“In the nineteen-fifties, both the U.S. and the Russians had bio-warfare programs using cocci,” he said. “Generals can’t control agents that rely on air currents to disperse them, and it was difficult to use the vector precisely, so it fell out of favor. But terrorists don’t care about that stuff—all they care about is perception. A single cell can cause disease, and you can genetically modify it to make it more powerful.” He held up his wallet to a sensor by the door, then put his finger on a fingerprint reader. “The atrium is as far as we get,” he said as we stepped inside. “When you work like this, everything slows down, for safety reasons. It’s a harder kind of research to do.”
Because Valley Fever is endemic to the Antelope Valley, and most dangerous in fall, during windy times and after the summer's heat, I'm going to walk Section D of the Pacific Crest Trail in January. (Helps that we're in the midst of a drought, so snow is not a factor.) Will be gone for a week. Wish me luck.
Yesterday an exciting pressure chart came my way via the indefatiguable John Fleck of the Albuquerque Journal. Albuquerque, which has had no perceptible precipitation to date this winter, is as interested in the so-called "Ridiculously Resilient Ridge" of high pressure that has been blocking any possible weather from the Pacific as we are here in California.
So it's exciting when that "RRR" shows signs of breaking down. John put up this chart from the National Weather Service (NWS):
Chatted about this with the helpful meteorologist John Sucop at the Oxnard office of the NWS. He said that models (available to the public here at an NCEP site -- check out the loops) show the ridge breaking down by the edge of the month as low pressure systems continue to hit it.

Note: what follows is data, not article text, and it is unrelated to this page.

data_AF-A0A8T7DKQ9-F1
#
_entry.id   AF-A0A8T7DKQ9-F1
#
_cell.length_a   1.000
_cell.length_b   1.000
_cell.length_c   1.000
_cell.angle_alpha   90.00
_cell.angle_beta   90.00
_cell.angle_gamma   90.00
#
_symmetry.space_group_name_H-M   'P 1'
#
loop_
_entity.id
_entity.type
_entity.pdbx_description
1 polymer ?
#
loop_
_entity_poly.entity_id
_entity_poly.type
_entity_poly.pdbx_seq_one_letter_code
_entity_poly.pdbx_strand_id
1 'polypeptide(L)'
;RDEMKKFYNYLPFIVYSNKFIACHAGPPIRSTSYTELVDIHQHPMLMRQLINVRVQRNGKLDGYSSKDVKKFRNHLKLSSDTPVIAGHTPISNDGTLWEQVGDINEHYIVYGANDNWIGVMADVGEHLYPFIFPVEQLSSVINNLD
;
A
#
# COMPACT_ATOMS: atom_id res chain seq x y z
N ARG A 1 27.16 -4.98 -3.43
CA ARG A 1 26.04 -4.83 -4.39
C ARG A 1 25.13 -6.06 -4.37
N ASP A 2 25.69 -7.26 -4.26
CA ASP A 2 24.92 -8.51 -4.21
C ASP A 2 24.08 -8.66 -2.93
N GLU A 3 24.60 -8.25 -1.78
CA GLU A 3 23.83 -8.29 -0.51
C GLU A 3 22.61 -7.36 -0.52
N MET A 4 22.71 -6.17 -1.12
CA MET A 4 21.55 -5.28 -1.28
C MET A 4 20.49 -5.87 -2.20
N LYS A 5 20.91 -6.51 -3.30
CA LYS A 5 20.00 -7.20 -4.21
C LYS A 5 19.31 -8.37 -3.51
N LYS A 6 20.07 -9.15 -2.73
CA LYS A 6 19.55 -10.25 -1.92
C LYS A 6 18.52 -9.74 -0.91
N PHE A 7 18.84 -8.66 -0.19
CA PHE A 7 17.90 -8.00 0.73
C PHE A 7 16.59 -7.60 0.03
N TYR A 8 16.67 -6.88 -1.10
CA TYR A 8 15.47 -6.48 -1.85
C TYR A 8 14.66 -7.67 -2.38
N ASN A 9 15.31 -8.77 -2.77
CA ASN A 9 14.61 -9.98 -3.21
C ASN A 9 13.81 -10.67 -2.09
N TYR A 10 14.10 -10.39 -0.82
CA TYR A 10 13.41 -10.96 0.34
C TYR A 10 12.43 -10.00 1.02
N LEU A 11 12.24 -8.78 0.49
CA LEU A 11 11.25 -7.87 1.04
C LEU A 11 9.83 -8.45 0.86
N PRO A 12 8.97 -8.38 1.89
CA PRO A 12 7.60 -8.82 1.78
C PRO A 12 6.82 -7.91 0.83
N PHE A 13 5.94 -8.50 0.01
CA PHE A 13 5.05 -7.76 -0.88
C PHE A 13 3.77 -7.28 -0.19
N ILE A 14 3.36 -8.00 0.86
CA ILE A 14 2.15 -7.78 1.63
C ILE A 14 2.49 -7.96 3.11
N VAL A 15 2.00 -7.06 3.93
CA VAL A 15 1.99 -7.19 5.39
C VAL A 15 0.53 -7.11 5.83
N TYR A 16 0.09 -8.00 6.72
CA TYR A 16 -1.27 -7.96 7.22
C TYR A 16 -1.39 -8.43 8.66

Of course the ridge could reform: that happens all the time. But the anomaly can't last forever.
In the meanwhile, might as well take advantage of the anomaly and go hike the San Gabriel Mountains in the winter, when it's mild, bugless, and lacking snow. Usually those hiking the Pacific Crest Trail, section D, are told to wait until May until the snow passes -- not this year.
Last week The New Yorker led off with an uncharacteristically labored analogy/editorial from Adam Gopnik, who pointed out that the Titanic had a twin sister, the Olympic, which sailed unharmed through the frozen northern seas for decades and (he suggested) so could we.
"It reminds us that our imagination of disaster is dangerously more fertile than our imagination of the ordinary. You have certainly heard of the Titanic; you have probably never heard of the Olympic."
Okay, that's sweet, but doesn't it seem rather besides the point? Far more memorably last week a snarky Internet commentator not nearly as famous as Gopnik found a detail from the familiar Titanic story/metaphor that made a far bigger splash on the intertubes, because it briliantly dramatized what has become an all-too-frequent pattern among deniers. Too often the likes of James Inhofe (who wore long underwear to work at the Senate last week, to show that the evidence for global warming is "laughable") will exalt an ephemeral detail -- a cold snap -- in an attempt to wave off the facts. This new metaphor fought that mockery with its own mockery.
Take it away, Nerdy Jewish Girl!
Re: global warming and the cold weather "Liberals keep telling me the Titanic is sinking but my side of the ship is 500 feet in the air."
A number of publications last week published compendiums of amazing images from the polar vortex's drunken stagger, in Chris Mooney's wonderful story, across nearly all the nation save drought-stricken CA. Frozen lakes, waterfalls, etc. Here's NASA's GOES satellite picture:
Fine. But what about the vortex of public reaction? Tom Toles sketches that one:
A few days after publishing my shockingly popular story on the Ventura fault last week, and thinking of the upcoming twenty-year anniversary of the Northridge quake, the Ventura County Star followed up with a brief story on seismic risk in Southern Califonia, quoting some of the same experts I qutoed.